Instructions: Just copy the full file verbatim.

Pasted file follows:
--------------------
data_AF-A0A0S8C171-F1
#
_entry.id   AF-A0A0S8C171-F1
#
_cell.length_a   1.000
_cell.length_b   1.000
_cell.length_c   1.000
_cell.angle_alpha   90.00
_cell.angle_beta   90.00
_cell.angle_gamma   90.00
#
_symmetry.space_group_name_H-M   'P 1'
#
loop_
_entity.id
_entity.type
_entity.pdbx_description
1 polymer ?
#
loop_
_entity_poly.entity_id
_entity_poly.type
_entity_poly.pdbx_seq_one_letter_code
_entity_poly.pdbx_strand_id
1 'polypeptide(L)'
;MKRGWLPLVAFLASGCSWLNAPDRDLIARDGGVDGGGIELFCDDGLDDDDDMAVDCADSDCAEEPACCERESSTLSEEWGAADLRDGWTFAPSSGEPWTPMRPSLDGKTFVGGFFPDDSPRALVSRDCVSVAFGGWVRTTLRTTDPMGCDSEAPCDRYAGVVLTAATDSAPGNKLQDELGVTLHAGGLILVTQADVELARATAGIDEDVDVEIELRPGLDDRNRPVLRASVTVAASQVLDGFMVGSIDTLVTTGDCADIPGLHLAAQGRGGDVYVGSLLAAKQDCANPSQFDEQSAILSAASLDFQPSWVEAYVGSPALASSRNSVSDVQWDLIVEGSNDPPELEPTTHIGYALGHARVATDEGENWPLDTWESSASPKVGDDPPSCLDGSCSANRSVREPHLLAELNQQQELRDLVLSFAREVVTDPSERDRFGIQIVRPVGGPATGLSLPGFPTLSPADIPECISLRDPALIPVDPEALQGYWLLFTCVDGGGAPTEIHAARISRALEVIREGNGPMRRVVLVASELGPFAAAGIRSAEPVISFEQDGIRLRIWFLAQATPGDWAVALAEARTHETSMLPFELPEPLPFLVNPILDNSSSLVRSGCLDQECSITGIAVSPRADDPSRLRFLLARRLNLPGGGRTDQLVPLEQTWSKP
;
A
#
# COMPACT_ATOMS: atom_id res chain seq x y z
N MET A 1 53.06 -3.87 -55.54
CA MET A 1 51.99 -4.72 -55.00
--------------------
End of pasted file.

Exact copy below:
data_AF-A0A0S8C171-F1
#
_entry.id   AF-A0A0S8C171-F1
#
_cell.length_a   1.000
_cell.length_b   1.000
_cell.length_c   1.000
_cell.angle_alpha   90.00
_cell.angle_beta   90.00
_cell.angle_gamma   90.00
#
_symmetry.space_group_name_H-M   'P 1'
#
loop_
_entity.id
_entity.type
_entity.pdbx_description
1 polymer ?
#
loop_
_entity_poly.entity_id
_entity_poly.type
_entity_poly.pdbx_seq_one_letter_code
_entity_poly.pdbx_strand_id
1 'polypeptide(L)'
;MKRGWLPLVAFLASGCSWLNAPDRDLIARDGGVDGGGIELFCDDGLDDDDDMAVDCADSDCAEEPACCERESSTLSEEWGAADLRDGWTFAPSSGEPWTPMRPSLDGKTFVGGFFPDDSPRALVSRDCVSVAFGGWVRTTLRTTDPMGCDSEAPCDRYAGVVLTAATDSAPGNKLQDELGVTLHAGGLILVTQADVELARATAGIDEDVDVEIELRPGLDDRNRPVLRASVTVAASQVLDGFMVGSIDTLVTTGDCADIPGLHLAAQGRGGDVYVGSLLAAKQDCANPSQFDEQSAILSAASLDFQPSWVEAYVGSPALASSRNSVSDVQWDLIVEGSNDPPELEPTTHIGYALGHARVATDEGENWPLDTWESSASPKVGDDPPSCLDGSCSANRSVREPHLLAELNQQQELRDLVLSFAREVVTDPSERDRFGIQIVRPVGGPATGLSLPGFPTLSPADIPECISLRDPALIPVDPEALQGYWLLFTCVDGGGAPTEIHAARISRALEVIREGNGPMRRVVLVASELGPFAAAGIRSAEPVISFEQDGIRLRIWFLAQATPGDWAVALAEARTHETSMLPFELPEPLPFLVNPILDNSSSLVRSGCLDQECSITGIAVSPRADDPSRLRFLLARRLNLPGGGRTDQLVPLEQTWSKP
;
A
#
# COMPACT_ATOMS: atom_id res chain seq x y z
N MET A 1 53.06 -3.87 -55.54
CA MET A 1 51.99 -4.72 -55.00